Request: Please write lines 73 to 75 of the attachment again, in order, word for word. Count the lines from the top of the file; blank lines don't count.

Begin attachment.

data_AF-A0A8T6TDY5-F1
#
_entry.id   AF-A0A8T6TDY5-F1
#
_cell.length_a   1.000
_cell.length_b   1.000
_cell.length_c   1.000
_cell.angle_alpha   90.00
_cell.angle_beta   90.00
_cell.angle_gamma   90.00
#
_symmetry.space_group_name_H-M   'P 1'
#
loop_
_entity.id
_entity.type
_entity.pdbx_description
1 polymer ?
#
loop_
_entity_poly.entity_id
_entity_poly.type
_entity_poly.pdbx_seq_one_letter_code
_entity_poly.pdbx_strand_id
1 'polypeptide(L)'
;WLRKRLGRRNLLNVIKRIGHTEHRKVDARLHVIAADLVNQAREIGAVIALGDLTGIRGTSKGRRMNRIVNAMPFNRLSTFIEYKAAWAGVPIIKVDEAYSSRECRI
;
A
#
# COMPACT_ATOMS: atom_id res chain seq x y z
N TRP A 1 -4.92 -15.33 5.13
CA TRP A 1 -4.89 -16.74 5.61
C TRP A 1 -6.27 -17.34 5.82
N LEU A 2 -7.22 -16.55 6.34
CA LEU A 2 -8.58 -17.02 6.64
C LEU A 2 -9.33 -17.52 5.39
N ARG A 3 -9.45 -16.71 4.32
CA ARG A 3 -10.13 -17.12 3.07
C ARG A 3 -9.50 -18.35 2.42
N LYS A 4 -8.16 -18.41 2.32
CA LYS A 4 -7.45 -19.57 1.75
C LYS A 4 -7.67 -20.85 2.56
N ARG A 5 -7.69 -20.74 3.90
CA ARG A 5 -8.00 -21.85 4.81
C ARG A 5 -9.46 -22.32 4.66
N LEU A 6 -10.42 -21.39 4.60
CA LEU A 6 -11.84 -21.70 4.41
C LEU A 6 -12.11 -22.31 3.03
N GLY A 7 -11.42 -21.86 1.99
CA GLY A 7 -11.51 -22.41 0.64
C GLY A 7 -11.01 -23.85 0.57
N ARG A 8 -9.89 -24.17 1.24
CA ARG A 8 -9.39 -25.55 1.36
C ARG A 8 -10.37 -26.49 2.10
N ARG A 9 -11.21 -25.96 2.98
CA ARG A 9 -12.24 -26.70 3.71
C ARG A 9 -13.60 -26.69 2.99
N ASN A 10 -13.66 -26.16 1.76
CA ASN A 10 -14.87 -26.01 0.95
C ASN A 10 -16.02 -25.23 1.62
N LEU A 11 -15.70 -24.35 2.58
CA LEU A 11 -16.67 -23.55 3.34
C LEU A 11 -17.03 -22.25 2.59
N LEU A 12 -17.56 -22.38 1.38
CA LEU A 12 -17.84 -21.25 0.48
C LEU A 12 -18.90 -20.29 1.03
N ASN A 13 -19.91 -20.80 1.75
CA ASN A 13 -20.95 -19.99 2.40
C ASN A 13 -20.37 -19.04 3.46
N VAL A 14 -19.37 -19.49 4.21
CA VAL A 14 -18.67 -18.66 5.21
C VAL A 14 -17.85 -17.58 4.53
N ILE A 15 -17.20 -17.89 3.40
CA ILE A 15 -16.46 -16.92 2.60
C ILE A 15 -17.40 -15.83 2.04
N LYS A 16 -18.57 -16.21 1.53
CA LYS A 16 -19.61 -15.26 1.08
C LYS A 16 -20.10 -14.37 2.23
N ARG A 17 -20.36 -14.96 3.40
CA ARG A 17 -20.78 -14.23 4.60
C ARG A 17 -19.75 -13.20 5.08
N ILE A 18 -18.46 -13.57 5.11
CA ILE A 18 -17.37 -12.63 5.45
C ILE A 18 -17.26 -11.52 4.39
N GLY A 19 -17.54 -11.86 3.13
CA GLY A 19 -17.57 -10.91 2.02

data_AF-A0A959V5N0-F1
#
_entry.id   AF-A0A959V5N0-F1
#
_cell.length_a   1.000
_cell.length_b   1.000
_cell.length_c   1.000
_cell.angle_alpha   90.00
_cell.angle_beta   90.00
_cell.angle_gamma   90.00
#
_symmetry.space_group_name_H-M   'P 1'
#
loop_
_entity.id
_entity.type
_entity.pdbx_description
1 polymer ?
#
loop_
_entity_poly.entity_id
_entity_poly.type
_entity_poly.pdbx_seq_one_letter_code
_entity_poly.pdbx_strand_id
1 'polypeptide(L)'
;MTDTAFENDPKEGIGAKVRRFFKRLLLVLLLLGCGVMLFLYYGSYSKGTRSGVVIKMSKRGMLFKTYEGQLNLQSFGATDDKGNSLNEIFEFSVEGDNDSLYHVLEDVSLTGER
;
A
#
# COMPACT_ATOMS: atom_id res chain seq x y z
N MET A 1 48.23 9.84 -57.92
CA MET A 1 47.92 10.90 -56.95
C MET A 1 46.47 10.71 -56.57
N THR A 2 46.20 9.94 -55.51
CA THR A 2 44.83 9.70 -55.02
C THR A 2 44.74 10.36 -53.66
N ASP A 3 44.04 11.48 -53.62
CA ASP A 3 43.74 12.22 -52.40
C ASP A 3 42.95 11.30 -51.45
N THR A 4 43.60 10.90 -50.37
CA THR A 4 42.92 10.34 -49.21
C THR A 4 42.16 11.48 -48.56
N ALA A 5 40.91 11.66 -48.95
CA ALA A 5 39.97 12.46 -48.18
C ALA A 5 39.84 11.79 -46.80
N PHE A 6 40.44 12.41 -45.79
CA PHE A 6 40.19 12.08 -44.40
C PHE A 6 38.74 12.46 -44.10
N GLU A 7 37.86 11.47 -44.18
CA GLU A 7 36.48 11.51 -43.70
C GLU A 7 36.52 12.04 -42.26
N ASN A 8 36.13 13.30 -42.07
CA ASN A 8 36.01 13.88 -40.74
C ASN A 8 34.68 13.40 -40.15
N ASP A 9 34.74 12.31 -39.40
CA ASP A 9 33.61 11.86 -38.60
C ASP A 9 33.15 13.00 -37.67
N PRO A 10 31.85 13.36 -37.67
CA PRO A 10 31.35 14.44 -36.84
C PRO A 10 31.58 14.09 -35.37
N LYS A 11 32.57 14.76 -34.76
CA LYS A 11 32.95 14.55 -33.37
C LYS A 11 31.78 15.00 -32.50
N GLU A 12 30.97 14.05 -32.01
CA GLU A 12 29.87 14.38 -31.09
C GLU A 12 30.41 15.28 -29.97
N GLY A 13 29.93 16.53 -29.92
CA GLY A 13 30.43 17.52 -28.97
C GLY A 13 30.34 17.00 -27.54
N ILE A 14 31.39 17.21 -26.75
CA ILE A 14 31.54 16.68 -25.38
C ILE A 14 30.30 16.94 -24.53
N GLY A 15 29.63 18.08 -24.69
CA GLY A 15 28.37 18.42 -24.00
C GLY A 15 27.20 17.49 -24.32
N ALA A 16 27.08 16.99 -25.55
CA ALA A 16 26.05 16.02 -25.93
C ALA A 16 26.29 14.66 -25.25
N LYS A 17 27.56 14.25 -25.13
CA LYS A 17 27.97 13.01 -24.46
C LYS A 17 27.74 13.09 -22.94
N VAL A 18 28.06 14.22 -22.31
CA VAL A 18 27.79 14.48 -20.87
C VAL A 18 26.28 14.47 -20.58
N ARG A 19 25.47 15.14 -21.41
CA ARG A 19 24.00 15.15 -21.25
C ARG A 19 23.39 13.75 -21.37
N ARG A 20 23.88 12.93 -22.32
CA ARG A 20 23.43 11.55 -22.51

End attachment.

N ILE A 15 -17.20 -17.89 3.40
CA ILE A 15 -16.46 -16.92 2.60
C ILE A 15 -17.40 -15.83 2.04